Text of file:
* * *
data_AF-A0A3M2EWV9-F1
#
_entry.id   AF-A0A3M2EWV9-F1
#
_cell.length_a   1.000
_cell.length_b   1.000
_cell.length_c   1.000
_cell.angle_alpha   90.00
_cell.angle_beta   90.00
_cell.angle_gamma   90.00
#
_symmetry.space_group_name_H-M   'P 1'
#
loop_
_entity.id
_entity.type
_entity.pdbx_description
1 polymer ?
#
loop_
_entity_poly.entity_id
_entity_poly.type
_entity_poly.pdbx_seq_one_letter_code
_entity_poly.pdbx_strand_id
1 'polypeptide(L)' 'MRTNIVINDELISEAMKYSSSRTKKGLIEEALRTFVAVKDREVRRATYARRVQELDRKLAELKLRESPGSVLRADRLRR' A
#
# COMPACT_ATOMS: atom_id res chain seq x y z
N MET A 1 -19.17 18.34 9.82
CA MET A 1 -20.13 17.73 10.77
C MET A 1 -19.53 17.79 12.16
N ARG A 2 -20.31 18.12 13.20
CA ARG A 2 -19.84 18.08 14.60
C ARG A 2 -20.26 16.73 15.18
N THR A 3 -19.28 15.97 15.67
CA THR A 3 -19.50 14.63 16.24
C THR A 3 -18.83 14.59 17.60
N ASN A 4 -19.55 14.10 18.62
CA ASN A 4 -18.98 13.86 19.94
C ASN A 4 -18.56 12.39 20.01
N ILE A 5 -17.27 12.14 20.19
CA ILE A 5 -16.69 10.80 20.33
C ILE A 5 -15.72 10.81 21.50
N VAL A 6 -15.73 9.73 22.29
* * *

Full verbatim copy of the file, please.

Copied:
data_AF-A0A3M2EWV9-F1
#
_entry.id   AF-A0A3M2EWV9-F1
#
_cell.length_a   1.000
_cell.length_b   1.000
_cell.length_c   1.000
_cell.angle_alpha   90.00
_cell.angle_beta   90.00
_cell.angle_gamma   90.00
#
_symmetry.space_group_name_H-M   'P 1'
#
loop_
_entity.id
_entity.type
_entity.pdbx_description
1 polymer ?
#
loop_
_entity_poly.entity_id
_entity_poly.type
_entity_poly.pdbx_seq_one_letter_code
_entity_poly.pdbx_strand_id
1 'polypeptide(L)' 'MRTNIVINDELISEAMKYSSSRTKKGLIEEALRTFVAVKDREVRRATYARRVQELDRKLAELKLRESPGSVLRADRLRR' A
#
# COMPACT_ATOMS: atom_id res chain seq x y z
N MET A 1 -19.17 18.34 9.82
CA MET A 1 -20.13 17.73 10.77
C MET A 1 -19.53 17.79 12.16
N ARG A 2 -20.31 18.12 13.20
CA ARG A 2 -19.84 18.08 14.60
C ARG A 2 -20.26 16.73 15.18
N THR A 3 -19.28 15.97 15.67
CA THR A 3 -19.50 14.63 16.24
C THR A 3 -18.83 14.59 17.60
N ASN A 4 -19.55 14.10 18.62
CA ASN A 4 -18.98 13.86 19.94
C ASN A 4 -18.56 12.39 20.01
N ILE A 5 -17.27 12.14 20.19
CA ILE A 5 -16.69 10.80 20.33
C ILE A 5 -15.72 10.81 21.50
N VAL A 6 -15.73 9.73 22.29